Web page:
Anyone who has ever worked in retail knows one big truth when it comes to customer retention: the customer is always right. However, that doesn’t mean every customer deserves to be given whatever he or she asks for. If a customer takes the time to start a conversation — whether it be about an issue, something they love, or some question they have about the company — he or she deserves a legitimate and thorough response. That’s how brands show customers love, and not doing so can go a long way towards tanking a brand’s reputation. These eight brands all took unfortunate social media missteps, but what are some steps brands can take to show customers love before it ever gets to those extremes? Here are four ideas for how brands can show their customers love every day.
One of the best and easiest ways to show customers love is to respond when they reach out. If a customer cares enough to comment or message on social media, he or she is looking for a conversation. According to Pure Chat, 83% of (customers) surveyed said they liked — or even loved — when a company responded to them on social media. Responses build relationships, and good relationships are better for the bottom line. When customers feel connected to brands, more than half of consumers (57%) will increase their spending with that brand, and 76% will buy from them over a competitor. In short, community moderation allows your brand to be a part of the conversation, control the narrative, and shift sentiment by responding in real time.
Who doesn’t love free stuff? We’re not saying give away the bank, but when brands offer promotions, customers engage in a big way. Falcon.io says that contests are a powerful engagement tool on Instagram, generating 3.5 times more likes and 64 times more comments than regular posts. Promotions and contests are a chance for your customers to feel like they’re being paid back for their devotion. And, because of the increased engagement, even those who don’t win will feel valued through bonding with their fellow community members and moderation.
Customers’ issues don’t always conveniently arise between the hours of 9 a.m. and 5 p.m. So, if your customer service is only available during those hours, that’s 16 hours a day left open for your customers to stew over any potential problems. One of the easiest solutions is to deploy a chatbot to fill the gaps. Chatbot sophistication ranges from answering the most basic “yes” and “no” questions, to AI chatbots that can learn from customer responses.
Another important part of being available is to make sure customers know where you can be reached if their problems need solving offline. Email and phone support are essential, but it’s important to note that many customers enjoy the speed and conversational nature of live chat over other forms of customer service. Since the goal is to show these customers love, being proactive in making all contact resources easily accessible goes a long way toward keeping everyone happy and coming back for more.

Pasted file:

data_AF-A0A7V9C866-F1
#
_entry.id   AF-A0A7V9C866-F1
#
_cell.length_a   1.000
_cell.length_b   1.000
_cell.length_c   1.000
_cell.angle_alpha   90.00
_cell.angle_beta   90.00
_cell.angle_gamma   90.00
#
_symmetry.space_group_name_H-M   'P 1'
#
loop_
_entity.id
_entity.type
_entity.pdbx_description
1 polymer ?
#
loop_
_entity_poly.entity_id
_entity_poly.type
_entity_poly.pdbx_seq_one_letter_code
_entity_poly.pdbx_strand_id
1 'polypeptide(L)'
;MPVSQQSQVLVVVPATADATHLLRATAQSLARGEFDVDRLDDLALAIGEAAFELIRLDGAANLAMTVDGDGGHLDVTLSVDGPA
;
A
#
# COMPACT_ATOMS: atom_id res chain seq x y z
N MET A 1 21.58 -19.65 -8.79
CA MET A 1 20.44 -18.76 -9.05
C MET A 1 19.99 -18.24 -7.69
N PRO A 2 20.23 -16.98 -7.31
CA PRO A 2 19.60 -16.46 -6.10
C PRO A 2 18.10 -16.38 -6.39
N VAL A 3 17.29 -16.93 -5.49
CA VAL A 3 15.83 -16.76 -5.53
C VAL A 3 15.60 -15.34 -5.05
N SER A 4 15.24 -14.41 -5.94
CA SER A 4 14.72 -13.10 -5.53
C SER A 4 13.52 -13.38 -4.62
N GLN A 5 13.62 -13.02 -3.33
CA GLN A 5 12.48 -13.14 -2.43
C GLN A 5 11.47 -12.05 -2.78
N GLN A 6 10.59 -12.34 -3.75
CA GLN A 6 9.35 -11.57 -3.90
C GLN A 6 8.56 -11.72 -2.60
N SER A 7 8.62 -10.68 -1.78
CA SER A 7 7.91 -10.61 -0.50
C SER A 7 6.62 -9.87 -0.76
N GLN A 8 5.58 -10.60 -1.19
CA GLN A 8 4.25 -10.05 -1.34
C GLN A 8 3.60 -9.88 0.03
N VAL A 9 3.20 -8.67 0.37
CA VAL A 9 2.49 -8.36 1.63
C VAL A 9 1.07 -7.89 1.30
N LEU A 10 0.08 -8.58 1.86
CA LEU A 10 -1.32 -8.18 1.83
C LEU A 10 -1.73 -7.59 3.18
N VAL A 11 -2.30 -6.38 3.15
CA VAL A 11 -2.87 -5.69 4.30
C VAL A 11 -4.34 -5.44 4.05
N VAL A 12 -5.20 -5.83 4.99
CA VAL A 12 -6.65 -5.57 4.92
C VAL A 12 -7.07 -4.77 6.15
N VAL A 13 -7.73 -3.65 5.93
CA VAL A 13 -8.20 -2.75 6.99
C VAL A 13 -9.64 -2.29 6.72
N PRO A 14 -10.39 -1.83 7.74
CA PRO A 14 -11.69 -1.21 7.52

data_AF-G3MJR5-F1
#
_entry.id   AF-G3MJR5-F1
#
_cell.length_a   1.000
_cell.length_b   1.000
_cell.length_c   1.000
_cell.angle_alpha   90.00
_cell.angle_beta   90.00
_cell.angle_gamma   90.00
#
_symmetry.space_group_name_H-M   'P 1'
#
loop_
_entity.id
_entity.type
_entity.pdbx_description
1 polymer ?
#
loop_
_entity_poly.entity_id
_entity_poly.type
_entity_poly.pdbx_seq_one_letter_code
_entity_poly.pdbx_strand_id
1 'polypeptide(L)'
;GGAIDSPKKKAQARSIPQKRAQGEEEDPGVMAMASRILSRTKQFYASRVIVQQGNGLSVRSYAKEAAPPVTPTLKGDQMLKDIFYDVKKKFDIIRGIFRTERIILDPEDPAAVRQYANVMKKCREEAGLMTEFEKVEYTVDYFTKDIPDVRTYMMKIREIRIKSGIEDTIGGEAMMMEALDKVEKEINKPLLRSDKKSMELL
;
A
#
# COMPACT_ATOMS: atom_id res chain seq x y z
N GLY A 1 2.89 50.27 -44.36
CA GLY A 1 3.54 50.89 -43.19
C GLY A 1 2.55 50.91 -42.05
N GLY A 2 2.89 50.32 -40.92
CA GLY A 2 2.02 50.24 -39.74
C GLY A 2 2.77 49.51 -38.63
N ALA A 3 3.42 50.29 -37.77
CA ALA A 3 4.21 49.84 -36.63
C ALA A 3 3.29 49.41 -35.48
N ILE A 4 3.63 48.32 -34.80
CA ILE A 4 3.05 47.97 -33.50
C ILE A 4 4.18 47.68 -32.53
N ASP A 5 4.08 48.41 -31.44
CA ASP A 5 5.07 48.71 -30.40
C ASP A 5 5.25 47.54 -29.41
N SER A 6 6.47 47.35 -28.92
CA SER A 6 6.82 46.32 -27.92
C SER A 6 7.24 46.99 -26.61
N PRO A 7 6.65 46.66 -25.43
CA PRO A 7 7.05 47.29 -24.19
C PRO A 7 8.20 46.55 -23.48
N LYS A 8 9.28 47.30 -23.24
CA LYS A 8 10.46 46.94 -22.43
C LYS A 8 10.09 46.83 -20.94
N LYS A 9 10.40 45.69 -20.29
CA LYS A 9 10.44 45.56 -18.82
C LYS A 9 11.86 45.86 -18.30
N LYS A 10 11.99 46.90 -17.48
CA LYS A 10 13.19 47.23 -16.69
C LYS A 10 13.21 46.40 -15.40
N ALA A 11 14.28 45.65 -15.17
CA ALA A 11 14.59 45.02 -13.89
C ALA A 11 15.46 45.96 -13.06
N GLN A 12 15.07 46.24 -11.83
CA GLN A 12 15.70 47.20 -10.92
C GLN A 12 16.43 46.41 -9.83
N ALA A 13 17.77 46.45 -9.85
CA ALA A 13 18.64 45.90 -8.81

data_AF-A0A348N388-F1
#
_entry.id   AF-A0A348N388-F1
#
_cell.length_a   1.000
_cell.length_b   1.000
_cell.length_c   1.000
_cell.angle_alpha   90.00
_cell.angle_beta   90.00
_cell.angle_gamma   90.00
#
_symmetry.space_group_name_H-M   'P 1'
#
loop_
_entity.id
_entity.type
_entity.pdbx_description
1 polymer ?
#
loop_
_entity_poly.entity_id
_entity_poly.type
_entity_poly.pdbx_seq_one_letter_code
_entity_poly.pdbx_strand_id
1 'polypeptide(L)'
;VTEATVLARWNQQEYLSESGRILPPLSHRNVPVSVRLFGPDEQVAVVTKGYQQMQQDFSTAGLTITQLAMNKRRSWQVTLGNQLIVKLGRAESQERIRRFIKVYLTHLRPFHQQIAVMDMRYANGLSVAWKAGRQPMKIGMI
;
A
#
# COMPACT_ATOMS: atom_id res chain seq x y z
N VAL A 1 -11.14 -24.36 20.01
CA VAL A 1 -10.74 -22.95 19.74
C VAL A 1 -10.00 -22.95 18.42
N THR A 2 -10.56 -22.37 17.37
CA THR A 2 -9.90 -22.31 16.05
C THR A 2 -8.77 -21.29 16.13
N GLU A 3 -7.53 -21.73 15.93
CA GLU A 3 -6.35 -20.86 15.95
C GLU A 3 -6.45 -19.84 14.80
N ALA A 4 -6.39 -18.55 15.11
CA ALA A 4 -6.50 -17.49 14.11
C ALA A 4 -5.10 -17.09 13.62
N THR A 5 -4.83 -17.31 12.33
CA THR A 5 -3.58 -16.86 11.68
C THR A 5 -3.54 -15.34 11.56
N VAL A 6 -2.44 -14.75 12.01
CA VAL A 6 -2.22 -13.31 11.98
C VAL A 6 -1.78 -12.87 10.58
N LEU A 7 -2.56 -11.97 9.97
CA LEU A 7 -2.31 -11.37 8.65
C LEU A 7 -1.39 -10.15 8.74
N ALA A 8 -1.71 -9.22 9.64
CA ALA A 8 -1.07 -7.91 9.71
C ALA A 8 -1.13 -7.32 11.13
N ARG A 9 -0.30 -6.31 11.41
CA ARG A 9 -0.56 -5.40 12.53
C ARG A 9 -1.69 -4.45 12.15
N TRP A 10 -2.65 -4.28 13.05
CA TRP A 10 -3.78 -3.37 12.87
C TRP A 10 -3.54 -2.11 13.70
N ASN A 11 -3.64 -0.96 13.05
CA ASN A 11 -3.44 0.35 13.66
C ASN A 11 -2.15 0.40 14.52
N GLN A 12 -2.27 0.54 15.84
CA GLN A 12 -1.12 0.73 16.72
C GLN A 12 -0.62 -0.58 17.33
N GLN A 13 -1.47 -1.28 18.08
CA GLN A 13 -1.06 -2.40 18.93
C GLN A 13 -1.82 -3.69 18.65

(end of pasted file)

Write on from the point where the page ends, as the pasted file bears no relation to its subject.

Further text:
Go Above and Beyond
Most people have heard the phrase, “Reach out and touch someone.” But it’s more than a phrase. AT&T used it as its marketing slogan in the 1980s, and it was so popular that it became a colloquialism. Customers gravitate toward brands that show a human approach. No, a brand can’t actually act human, but by showing human effort through our actions in social care, we have the opportunity to reach back to customers who may just need that one nice comment to make their days a little better. We have that power.
Sometimes it takes a little more than that, however. Going above and beyond will not only garner brand love from that specific customer, but also from anyone who hears the story. Consider when a little boy accidentally left his beloved stuffed giraffe, “Joshie,” at the Ritz-Carlton while his family was on vacation. The company could have put the animal in lost and found, but instead took to social media to let the family know Joshie was still enjoying his vacation and would be returned when they were ready. They followed this by a series of pictures of Joshie enjoying that vacation: getting a massage, driving a golf cart, making new friends, and lounging by the pool. The post went viral and was eventually picked up by Huffington Post, gained love from hundreds of thousands, spurred a series of children’s books, and resulted in Joshie eventually arriving home from his vacation.
Brands can’t be people, and as hard as we try to humanize the online experience there will always be a disconnect between the user on one side of the monitor and the brand on the other. But by making the effort to bridge that gap, community managers have the opportunity to show brand love to customers and brand visitors in ways that can exceed expectations. Kristin Smaby may have said it best in Being Human is Good Business: “In an era when companies see online support as a way to shield themselves from ‘costly’ interactions with their customers, it’s time to consider an entirely different approach: building human-centric customer service through great people and clever technology. So, get to know your customers. Humanize them. Humanize yourself. It’s worth it.”
Looking for ways to up your brand’s digital customer service? Contact Social Factor today.